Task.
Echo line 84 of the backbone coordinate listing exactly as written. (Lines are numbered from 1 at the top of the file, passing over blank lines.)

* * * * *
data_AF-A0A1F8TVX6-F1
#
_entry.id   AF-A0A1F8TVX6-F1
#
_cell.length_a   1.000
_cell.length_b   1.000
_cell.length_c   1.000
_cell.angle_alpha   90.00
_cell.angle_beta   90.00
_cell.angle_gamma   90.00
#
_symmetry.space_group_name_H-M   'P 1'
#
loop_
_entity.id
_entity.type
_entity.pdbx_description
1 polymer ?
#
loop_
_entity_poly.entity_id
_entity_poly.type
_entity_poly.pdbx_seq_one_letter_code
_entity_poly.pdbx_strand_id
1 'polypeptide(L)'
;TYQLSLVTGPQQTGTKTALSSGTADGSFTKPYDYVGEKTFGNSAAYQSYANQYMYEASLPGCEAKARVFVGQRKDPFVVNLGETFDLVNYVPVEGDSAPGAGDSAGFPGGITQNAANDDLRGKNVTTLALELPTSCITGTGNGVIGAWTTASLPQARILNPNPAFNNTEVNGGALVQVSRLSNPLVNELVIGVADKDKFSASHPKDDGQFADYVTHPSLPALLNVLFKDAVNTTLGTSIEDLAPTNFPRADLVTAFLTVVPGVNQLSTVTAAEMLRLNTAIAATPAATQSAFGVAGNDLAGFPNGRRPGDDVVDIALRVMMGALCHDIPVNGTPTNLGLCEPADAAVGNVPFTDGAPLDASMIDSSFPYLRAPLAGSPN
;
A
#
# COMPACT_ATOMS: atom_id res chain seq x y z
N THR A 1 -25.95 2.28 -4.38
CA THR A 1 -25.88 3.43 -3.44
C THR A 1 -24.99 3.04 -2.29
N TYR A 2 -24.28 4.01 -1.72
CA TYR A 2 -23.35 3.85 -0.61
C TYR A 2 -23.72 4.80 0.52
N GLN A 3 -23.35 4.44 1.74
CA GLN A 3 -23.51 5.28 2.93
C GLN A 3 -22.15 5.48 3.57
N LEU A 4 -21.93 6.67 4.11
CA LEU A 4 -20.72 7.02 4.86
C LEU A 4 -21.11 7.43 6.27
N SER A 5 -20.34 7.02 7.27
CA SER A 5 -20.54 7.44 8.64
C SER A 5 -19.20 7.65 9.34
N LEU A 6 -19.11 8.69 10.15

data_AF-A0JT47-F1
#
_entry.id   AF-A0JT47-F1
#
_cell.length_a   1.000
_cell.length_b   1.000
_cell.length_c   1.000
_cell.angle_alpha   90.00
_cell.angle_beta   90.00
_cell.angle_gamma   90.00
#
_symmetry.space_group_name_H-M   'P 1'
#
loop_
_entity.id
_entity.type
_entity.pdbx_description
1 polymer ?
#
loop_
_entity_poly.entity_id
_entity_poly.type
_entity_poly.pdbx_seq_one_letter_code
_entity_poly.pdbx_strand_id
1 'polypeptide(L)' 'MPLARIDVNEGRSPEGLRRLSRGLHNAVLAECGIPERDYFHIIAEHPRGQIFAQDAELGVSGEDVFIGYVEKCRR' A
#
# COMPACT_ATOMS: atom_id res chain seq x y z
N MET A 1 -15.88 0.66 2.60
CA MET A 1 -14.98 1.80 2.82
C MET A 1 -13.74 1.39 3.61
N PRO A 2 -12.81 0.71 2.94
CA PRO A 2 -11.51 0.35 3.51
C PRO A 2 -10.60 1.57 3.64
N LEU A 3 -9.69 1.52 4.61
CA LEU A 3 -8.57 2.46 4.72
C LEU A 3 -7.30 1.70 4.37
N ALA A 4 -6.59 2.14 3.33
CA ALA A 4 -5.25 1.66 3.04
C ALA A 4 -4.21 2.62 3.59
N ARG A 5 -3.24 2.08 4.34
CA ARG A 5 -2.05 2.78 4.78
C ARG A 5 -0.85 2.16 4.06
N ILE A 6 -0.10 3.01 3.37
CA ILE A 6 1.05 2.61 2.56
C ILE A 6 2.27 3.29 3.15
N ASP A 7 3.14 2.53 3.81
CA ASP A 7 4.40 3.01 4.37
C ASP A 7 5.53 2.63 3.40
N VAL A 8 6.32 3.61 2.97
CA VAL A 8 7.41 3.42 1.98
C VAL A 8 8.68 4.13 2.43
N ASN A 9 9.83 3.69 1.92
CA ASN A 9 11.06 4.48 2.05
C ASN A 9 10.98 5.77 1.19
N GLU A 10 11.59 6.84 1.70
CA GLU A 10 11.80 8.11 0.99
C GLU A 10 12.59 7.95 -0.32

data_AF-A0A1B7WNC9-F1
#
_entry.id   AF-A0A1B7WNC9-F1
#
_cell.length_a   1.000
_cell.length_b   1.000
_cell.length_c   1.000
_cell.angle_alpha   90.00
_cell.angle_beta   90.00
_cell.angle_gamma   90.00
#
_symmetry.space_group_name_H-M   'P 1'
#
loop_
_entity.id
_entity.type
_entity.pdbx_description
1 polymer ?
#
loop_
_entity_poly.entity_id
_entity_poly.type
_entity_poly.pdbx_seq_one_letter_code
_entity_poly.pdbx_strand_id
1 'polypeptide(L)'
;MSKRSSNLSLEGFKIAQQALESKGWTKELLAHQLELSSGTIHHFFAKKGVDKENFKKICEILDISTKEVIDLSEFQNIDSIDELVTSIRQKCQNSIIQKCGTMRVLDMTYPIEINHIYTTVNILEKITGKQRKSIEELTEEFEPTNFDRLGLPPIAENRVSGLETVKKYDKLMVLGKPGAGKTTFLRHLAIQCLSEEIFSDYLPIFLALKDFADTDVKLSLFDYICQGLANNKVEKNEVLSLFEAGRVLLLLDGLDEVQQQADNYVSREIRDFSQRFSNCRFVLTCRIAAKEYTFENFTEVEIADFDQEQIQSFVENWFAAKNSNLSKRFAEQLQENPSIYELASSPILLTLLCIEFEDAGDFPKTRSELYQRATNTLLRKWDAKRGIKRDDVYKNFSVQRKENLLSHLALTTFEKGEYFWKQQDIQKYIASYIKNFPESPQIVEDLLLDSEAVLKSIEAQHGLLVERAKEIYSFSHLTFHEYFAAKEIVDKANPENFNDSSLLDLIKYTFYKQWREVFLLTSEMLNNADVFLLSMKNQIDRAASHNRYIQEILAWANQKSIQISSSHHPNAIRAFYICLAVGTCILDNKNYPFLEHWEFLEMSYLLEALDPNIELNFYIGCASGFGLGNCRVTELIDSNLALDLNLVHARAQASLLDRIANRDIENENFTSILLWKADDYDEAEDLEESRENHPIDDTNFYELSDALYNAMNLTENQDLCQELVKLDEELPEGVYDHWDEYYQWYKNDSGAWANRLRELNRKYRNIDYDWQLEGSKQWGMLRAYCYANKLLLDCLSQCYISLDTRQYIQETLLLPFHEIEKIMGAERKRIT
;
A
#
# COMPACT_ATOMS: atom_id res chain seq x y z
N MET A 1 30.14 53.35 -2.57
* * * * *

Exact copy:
CA ALA A 4 -5.25 1.66 3.04